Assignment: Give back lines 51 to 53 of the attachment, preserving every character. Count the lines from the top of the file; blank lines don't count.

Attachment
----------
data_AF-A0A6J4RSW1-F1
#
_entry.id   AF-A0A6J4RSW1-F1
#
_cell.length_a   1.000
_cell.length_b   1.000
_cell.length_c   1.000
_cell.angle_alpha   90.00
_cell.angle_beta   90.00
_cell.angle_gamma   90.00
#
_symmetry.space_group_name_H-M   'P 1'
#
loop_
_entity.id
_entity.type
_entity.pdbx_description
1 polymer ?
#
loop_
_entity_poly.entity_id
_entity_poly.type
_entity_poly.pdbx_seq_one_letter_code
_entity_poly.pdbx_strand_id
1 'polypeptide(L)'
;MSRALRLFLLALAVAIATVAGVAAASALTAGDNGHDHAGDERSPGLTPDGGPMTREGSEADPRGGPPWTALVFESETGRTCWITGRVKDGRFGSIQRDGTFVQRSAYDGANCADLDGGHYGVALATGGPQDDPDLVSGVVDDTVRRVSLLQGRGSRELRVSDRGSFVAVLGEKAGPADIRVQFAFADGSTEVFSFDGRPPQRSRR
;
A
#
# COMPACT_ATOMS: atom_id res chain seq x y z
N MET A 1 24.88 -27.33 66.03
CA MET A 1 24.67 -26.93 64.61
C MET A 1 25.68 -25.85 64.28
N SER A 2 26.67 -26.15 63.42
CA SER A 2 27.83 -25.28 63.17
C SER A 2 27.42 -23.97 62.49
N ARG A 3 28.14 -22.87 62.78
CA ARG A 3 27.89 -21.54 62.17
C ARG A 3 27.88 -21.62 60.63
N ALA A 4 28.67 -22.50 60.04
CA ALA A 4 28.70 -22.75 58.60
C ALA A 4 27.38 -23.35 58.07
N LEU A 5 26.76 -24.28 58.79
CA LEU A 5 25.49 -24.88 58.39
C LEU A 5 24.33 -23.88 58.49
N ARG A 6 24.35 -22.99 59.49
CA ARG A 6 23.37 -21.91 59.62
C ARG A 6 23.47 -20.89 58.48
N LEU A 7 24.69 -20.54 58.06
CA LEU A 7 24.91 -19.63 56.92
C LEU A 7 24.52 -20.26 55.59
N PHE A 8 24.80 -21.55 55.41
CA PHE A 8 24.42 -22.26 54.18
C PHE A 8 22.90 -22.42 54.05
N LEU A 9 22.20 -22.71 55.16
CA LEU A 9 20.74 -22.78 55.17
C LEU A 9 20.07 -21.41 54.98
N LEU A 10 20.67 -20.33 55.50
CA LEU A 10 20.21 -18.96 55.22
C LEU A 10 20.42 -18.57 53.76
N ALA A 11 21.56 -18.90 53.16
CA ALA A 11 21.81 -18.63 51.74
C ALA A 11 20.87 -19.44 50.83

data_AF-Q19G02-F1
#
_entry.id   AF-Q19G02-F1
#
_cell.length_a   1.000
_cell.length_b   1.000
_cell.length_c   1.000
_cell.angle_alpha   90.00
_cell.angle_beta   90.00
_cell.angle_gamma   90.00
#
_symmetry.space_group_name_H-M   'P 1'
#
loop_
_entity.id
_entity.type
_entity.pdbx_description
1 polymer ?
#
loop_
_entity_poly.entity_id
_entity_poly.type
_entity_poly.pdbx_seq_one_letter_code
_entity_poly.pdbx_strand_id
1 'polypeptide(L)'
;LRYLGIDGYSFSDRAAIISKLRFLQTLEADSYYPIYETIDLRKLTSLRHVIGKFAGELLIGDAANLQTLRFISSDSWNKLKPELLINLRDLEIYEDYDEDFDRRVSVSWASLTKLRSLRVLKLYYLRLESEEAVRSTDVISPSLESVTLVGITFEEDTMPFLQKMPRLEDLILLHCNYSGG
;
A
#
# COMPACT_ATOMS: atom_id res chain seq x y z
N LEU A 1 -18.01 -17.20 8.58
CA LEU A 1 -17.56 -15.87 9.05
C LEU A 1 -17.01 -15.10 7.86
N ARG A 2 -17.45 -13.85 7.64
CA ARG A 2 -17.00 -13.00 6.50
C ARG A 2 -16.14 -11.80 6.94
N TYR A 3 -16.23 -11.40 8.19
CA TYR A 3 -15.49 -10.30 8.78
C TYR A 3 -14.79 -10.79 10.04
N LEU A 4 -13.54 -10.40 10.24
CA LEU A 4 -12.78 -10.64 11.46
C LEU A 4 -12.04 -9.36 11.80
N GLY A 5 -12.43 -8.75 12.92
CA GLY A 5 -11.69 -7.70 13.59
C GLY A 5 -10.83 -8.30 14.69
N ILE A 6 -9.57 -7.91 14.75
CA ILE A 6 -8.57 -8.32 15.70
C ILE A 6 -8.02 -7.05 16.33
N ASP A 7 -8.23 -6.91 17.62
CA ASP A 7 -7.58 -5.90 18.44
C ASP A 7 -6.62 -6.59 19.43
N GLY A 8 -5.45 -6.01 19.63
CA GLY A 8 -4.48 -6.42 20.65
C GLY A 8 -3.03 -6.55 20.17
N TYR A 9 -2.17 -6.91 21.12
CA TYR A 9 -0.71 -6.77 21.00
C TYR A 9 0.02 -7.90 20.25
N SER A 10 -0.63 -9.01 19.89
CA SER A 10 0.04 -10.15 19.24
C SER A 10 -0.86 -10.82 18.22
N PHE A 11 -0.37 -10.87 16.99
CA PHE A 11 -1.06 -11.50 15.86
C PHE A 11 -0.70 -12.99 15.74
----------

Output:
C LEU A 7 24.52 -20.26 55.59
N PHE A 8 24.80 -21.55 55.41
CA PHE A 8 24.42 -22.26 54.18